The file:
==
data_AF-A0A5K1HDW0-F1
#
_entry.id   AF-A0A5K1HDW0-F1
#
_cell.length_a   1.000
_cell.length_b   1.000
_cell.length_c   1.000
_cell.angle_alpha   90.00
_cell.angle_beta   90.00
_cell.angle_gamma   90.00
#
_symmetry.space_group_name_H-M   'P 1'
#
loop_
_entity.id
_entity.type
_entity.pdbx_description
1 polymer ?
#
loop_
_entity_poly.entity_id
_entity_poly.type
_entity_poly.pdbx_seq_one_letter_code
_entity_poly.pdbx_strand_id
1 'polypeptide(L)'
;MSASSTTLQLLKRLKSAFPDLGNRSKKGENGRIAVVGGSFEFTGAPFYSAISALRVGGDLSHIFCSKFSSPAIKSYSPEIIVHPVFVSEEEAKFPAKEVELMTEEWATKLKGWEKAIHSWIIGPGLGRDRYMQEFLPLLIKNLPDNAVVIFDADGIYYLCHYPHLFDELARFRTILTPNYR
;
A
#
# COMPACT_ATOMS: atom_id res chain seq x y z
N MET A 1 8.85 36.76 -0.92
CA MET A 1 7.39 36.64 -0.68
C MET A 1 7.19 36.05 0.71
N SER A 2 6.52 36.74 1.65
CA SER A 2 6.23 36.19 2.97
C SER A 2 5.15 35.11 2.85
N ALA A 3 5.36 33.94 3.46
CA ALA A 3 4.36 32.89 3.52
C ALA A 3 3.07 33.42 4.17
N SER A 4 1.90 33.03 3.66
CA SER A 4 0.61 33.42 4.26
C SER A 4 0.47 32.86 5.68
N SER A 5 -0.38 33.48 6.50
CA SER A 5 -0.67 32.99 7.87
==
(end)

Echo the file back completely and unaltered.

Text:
data_AF-A0A5K1HDW0-F1
#
_entry.id   AF-A0A5K1HDW0-F1
#
_cell.length_a   1.000
_cell.length_b   1.000
_cell.length_c   1.000
_cell.angle_alpha   90.00
_cell.angle_beta   90.00
_cell.angle_gamma   90.00
#
_symmetry.space_group_name_H-M   'P 1'
#
loop_
_entity.id
_entity.type
_entity.pdbx_description
1 polymer ?
#
loop_
_entity_poly.entity_id
_entity_poly.type
_entity_poly.pdbx_seq_one_letter_code
_entity_poly.pdbx_strand_id
1 'polypeptide(L)'
;MSASSTTLQLLKRLKSAFPDLGNRSKKGENGRIAVVGGSFEFTGAPFYSAISALRVGGDLSHIFCSKFSSPAIKSYSPEIIVHPVFVSEEEAKFPAKEVELMTEEWATKLKGWEKAIHSWIIGPGLGRDRYMQEFLPLLIKNLPDNAVVIFDADGIYYLCHYPHLFDELARFRTILTPNYR
;
A
#
# COMPACT_ATOMS: atom_id res chain seq x y z
N MET A 1 8.85 36.76 -0.92
CA MET A 1 7.39 36.64 -0.68
C MET A 1 7.19 36.05 0.71
N SER A 2 6.52 36.74 1.65
CA SER A 2 6.23 36.19 2.97
C SER A 2 5.15 35.11 2.85
N ALA A 3 5.36 33.94 3.46
CA ALA A 3 4.36 32.89 3.52
C ALA A 3 3.07 33.42 4.17
N SER A 4 1.90 33.03 3.66
CA SER A 4 0.61 33.42 4.26
C SER A 4 0.47 32.86 5.68
N SER A 5 -0.38 33.48 6.50
CA SER A 5 -0.67 32.99 7.87